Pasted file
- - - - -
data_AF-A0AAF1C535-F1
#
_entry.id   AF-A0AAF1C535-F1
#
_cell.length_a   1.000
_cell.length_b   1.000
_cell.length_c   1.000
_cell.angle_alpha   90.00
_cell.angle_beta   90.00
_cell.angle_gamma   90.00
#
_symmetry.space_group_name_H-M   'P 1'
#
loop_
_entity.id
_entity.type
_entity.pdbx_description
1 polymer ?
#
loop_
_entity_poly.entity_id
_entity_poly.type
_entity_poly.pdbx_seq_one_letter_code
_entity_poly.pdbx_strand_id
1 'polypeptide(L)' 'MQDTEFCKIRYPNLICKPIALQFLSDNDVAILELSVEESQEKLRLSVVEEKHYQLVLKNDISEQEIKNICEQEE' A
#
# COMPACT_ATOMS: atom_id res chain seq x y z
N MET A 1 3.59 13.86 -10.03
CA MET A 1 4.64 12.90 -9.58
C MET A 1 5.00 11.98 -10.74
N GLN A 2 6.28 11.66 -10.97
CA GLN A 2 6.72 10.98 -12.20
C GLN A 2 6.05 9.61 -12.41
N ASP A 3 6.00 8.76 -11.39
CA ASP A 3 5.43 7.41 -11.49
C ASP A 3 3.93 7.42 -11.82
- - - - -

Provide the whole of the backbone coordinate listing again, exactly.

data_AF-A0AAF1C535-F1
#
_entry.id   AF-A0AAF1C535-F1
#
_cell.length_a   1.000
_cell.length_b   1.000
_cell.length_c   1.000
_cell.angle_alpha   90.00
_cell.angle_beta   90.00
_cell.angle_gamma   90.00
#
_symmetry.space_group_name_H-M   'P 1'
#
loop_
_entity.id
_entity.type
_entity.pdbx_description
1 polymer ?
#
loop_
_entity_poly.entity_id
_entity_poly.type
_entity_poly.pdbx_seq_one_letter_code
_entity_poly.pdbx_strand_id
1 'polypeptide(L)' 'MQDTEFCKIRYPNLICKPIALQFLSDNDVAILELSVEESQEKLRLSVVEEKHYQLVLKNDISEQEIKNICEQEE' A
#
# COMPACT_ATOMS: atom_id res chain seq x y z
N MET A 1 3.59 13.86 -10.03
CA MET A 1 4.64 12.90 -9.58
C MET A 1 5.00 11.98 -10.74
N GLN A 2 6.28 11.66 -10.97
CA GLN A 2 6.72 10.98 -12.20
C GLN A 2 6.05 9.61 -12.41
N ASP A 3 6.00 8.76 -11.39
CA ASP A 3 5.43 7.41 -11.49
C ASP A 3 3.93 7.42 -11.82